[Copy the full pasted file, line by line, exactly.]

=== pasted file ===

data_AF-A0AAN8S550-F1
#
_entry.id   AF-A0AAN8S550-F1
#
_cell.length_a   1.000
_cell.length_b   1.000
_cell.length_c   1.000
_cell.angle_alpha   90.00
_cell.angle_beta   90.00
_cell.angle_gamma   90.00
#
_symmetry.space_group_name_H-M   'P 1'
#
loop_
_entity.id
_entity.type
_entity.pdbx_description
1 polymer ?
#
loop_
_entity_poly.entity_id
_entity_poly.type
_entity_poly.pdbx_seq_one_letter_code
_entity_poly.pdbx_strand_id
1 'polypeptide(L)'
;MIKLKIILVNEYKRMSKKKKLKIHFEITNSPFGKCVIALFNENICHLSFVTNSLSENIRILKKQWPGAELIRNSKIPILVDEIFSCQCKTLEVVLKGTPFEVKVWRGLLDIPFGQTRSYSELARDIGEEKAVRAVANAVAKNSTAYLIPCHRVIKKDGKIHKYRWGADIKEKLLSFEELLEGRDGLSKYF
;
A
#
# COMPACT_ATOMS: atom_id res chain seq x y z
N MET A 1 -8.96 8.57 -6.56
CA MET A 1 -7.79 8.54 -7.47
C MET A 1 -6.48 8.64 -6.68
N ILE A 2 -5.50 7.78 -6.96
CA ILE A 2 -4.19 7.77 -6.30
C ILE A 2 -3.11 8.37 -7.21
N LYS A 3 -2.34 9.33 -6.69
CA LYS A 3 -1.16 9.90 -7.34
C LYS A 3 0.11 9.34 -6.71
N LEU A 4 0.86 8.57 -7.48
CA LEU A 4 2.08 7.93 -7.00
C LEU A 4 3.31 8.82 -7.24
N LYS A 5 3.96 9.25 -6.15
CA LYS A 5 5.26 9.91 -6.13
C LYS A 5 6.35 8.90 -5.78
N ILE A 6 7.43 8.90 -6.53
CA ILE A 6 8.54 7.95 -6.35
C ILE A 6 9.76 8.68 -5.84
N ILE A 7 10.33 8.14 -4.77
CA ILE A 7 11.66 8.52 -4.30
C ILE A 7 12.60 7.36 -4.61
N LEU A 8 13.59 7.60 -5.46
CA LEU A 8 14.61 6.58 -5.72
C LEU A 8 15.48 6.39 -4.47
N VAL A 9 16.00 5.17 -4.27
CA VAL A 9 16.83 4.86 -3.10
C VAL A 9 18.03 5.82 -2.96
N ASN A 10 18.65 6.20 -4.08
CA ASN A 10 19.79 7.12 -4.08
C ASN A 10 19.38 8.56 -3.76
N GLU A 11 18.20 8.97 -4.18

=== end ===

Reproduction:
data_AF-A0AAN8S550-F1
#
_entry.id   AF-A0AAN8S550-F1
#
_cell.length_a   1.000
_cell.length_b   1.000
_cell.length_c   1.000
_cell.angle_alpha   90.00
_cell.angle_beta   90.00
_cell.angle_gamma   90.00
#
_symmetry.space_group_name_H-M   'P 1'
#
loop_
_entity.id
_entity.type
_entity.pdbx_description
1 polymer ?
#
loop_
_entity_poly.entity_id
_entity_poly.type
_entity_poly.pdbx_seq_one_letter_code
_entity_poly.pdbx_strand_id
1 'polypeptide(L)'
;MIKLKIILVNEYKRMSKKKKLKIHFEITNSPFGKCVIALFNENICHLSFVTNSLSENIRILKKQWPGAELIRNSKIPILVDEIFSCQCKTLEVVLKGTPFEVKVWRGLLDIPFGQTRSYSELARDIGEEKAVRAVANAVAKNSTAYLIPCHRVIKKDGKIHKYRWGADIKEKLLSFEELLEGRDGLSKYF
;
A
#
# COMPACT_ATOMS: atom_id res chain seq x y z
N MET A 1 -8.96 8.57 -6.56
CA MET A 1 -7.79 8.54 -7.47
C MET A 1 -6.48 8.64 -6.68
N ILE A 2 -5.50 7.78 -6.96
CA ILE A 2 -4.19 7.77 -6.30
C ILE A 2 -3.11 8.37 -7.21
N LYS A 3 -2.34 9.33 -6.69
CA LYS A 3 -1.16 9.90 -7.34
C LYS A 3 0.11 9.34 -6.71
N LEU A 4 0.86 8.57 -7.48
CA LEU A 4 2.08 7.93 -7.00
C LEU A 4 3.31 8.82 -7.24
N LYS A 5 3.96 9.25 -6.15
CA LYS A 5 5.26 9.91 -6.13
C LYS A 5 6.35 8.90 -5.78
N ILE A 6 7.43 8.90 -6.53
CA ILE A 6 8.54 7.95 -6.35
C ILE A 6 9.76 8.68 -5.84
N ILE A 7 10.33 8.14 -4.77
CA ILE A 7 11.66 8.52 -4.30
C ILE A 7 12.60 7.36 -4.61
N LEU A 8 13.59 7.60 -5.46
CA LEU A 8 14.61 6.58 -5.72
C LEU A 8 15.48 6.39 -4.47
N VAL A 9 16.00 5.17 -4.27
CA VAL A 9 16.83 4.86 -3.10
C VAL A 9 18.03 5.82 -2.96
N ASN A 10 18.65 6.20 -4.08
CA ASN A 10 19.79 7.12 -4.08
C ASN A 10 19.38 8.56 -3.76
N GLU A 11 18.20 8.97 -4.18